|Title||Disentangling the Longitudinal Relationship between Loneliness and Depressive Symptoms in U.S. Adults Over 50.|
|Publication Type||Journal Article|
|Year of Publication||Forthcoming|
|Authors||Griffin, SC, Blakey, SM, Brant, TR, Eshera, YM, Calhoun, PS|
|Keywords||Depressive symptoms, Loneliness, path analysis, RI-CLPM|
OBJECTIVES: A seminal study on loneliness and depression suggested that loneliness influences depression more than the reverse. However, the study's analytic method has since been criticized for failing to account for the trait-like nature of variables. This study aimed to examine the longitudinal relationship between loneliness and depressive symptoms while accounting for the trait-like nature of both variables.
METHODS: Data (n = 16,478) came from the Health and Retirement Study (2006-2016). Measures included the Hughes Loneliness Scale and a modified Center for Epidemiologic Studies Depression scale (loneliness item omitted). Analyses consisted of random intercepts cross-lagged panel models (three time-points evenly spaced across eight years).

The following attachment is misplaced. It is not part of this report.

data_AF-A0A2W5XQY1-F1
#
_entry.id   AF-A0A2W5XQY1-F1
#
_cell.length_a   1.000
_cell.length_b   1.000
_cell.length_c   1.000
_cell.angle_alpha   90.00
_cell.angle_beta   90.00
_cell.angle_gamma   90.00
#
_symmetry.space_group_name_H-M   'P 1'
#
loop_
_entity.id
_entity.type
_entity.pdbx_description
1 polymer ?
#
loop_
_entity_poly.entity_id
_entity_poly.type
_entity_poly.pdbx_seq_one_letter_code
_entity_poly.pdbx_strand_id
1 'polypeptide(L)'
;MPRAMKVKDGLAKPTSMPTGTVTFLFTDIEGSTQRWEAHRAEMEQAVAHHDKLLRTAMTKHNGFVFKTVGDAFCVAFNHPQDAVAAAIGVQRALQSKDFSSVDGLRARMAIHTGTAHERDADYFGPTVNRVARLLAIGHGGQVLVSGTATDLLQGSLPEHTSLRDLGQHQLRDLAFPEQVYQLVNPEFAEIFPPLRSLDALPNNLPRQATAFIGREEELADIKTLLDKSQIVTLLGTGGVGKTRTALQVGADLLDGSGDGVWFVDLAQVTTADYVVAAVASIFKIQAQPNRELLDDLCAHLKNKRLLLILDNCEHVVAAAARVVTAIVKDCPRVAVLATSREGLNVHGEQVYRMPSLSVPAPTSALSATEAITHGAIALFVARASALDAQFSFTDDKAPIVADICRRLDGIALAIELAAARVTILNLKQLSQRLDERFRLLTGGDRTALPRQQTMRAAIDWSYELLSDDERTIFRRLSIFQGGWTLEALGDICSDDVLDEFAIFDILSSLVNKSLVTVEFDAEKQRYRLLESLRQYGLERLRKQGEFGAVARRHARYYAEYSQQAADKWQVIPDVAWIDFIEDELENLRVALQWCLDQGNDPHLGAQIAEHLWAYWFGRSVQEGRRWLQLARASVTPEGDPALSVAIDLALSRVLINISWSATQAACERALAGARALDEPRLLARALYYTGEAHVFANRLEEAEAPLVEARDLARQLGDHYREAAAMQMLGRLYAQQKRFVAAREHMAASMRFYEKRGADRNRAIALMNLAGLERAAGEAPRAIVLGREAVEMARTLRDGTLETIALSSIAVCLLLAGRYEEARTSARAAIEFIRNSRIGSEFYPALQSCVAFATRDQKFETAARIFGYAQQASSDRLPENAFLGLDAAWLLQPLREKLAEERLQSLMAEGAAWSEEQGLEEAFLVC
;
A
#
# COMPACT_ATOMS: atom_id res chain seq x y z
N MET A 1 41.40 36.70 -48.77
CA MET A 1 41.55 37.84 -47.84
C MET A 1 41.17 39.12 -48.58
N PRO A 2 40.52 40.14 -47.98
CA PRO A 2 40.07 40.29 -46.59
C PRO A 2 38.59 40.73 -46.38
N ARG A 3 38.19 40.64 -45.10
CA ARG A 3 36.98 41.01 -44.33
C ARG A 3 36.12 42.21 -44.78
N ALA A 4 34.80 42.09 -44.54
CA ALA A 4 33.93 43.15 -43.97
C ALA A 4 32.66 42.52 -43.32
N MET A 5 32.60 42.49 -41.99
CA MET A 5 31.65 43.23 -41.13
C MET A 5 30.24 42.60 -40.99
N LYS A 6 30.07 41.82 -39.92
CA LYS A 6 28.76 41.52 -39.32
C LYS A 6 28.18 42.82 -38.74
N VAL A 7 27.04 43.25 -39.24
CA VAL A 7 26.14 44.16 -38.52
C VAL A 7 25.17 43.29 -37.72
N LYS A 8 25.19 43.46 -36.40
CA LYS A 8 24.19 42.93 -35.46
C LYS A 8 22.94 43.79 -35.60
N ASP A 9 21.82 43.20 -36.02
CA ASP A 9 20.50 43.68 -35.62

RESULTS: There was evidence that loneliness and depressive symptoms are trait-like and these trait-like components are strongly associated. There was not evidence of cross-lagged effects between loneliness and depressive symptoms.
CONCLUSIONS: A tendency toward loneliness corresponded with a tendency toward depressive symptoms. However, deviations in one's typical level of loneliness did not predict deviations in one's typical level of depressive symptoms or vice-versa. These findings do not support past assertions that loneliness shapes subsequent depression more than the reverse.
CLINICAL IMPLICATIONS: By middle to late adulthood, loneliness and depressive symptoms are trait-like phenomena that are strongly associated.